The warm weather months of April through September are the most common time for snakebites.
The warm weather months of April through September are the most common time for snakebites. (Bridget Edgren Courtesy photo)

What should I do if my dog is bitten by a snake?

You should assume it's poisonous and seek veterinary attention as soon as possible. First aid for rattlesnake bites is aimed at reducing the spread of venom in the body. If possible, you should carry the dog rather than letting him walk and immobilize the part of the animal that was bitten. But do not place a tourniquet or ice pack on the limb, because keeping all the venom in the bite area may cause severe muscle damage.

Will my dog die from a rattlesnake bite?

The vast majority of pets who are bitten by a snake will survive, but medical attention is vital to ensure the best outcome. Snakebites are a complex problem. The severity and type of damage done by venom depends on several factors. One is the species of snake involved. Of the 120-plus U.S. species of snakes, 20 are considered venomous. North American venomous snakes can be divided into two families: Crotalidae include rattlesnakes, copperheads and cottonmouths. Elapidae include coral snakes.

The eastern and western diamondback rattlesnakes account for most venomous snakebites and for almost all deaths. Copperheads have the least potent venom. Coral snakes are an infrequent cause of envenomation. Here in Colorado the most common venomous snake is the Prairie rattlesnake whose venom is not as potent as the diamondback's.

Another factor is the amount of venom injected. Twenty to 25 percent of rattlesnake bites are dry. Younger snakes can have more potent venom than older snakes and snakes that have just come out of hibernation can inject more venom through a bite than those later in the season. Most bites occur in the warmer months, April through September when snakes are active.

Other factors that determine severity of damage is where the dog is bitten -- face and neck are usually worse than those on feet or limbs -- the size, age, and health of the dog, and the dog's own susceptibility to the venom.

What are the signs of snakebites?

The clinical signs depend on the species of snake, the amount of venom injected, the depth of bite, and the size of the victim. With bites that contain no to little venom, clinical signs will consist of minimal swelling and a lack of systemic signs. With moderate to severe envenomation, you can see severe swelling around the bite. This swelling may occur immediately or it may take up to 30 to 60 minutes. The swelling can then spread rapidly and become very painful.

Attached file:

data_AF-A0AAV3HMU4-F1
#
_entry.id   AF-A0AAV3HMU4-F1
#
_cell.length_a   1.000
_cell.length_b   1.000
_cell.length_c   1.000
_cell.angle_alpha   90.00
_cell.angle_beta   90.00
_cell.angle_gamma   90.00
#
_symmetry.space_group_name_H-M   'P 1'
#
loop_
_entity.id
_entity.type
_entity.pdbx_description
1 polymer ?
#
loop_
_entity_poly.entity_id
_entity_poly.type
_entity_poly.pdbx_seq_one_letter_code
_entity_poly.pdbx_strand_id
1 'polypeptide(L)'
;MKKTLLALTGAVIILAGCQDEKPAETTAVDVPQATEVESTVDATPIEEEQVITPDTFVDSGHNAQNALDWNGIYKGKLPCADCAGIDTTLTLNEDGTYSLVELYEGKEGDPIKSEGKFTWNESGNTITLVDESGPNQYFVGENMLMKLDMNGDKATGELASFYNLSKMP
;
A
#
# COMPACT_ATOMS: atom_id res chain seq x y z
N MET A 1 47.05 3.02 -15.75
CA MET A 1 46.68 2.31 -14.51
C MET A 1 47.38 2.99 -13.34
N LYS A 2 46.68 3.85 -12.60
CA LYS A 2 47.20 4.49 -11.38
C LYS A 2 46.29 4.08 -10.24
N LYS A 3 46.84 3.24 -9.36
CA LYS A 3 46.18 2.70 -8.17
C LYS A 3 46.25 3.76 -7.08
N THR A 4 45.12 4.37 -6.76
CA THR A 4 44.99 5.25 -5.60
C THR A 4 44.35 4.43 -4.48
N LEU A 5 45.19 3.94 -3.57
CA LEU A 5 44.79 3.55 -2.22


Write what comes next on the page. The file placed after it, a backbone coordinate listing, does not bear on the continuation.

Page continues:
You can also see redness, bruising, bloody discharge from the fang marks, and tissue death. The fang marks may not always be visible due to the severe swelling. The venom of poisonous snakes contain toxic proteins that can produce not only local tissue destruction but also systemic effects. These include lethargy, weakness, hypotension (low blood pressure), bleeding or clotting disorders, and shock.

What is the treatment for snakebites?

Treatment involves local wound treatment, fluid therapy to counter potential hypotension (low blood pressure) or shock, administration of antivenin to help decrease the overall amount of swelling and prevent further progression of systemic signs, antibiotics to help prevent infection, and pain medications.

Is the rattlesnake vaccine effective?

There have been no controlled studies of efficacy performed on this vaccine. There is only anecdotal evidence suggesting that it might be effective. However, since we can never know the amount of envenomation, it is difficult to properly evaluate these observations. Regardless of vaccination status, owners should seek immediate veterinary care if their dog is bitten. Owners should not expect the vaccine to "protect" their pet.

VCA All Pets Animal Hospital is a full service veterinary practice seeing general medicine and emergencies 24 hours a day, 7 days a week. All Pets has been part of the community since 1972 and is accredited by the American Animal Hospital Association. Doctors provide care to dogs, cats, ferrets and pocket pets. Services include wellness care, preventative care, general and advanced dentistry, surgery, X-ray, laboratory, boarding, grooming and acupuncture. Visitvcaallpetsboulder.com or go to Facebook.com/AllPetsAnimalHospitalBoulder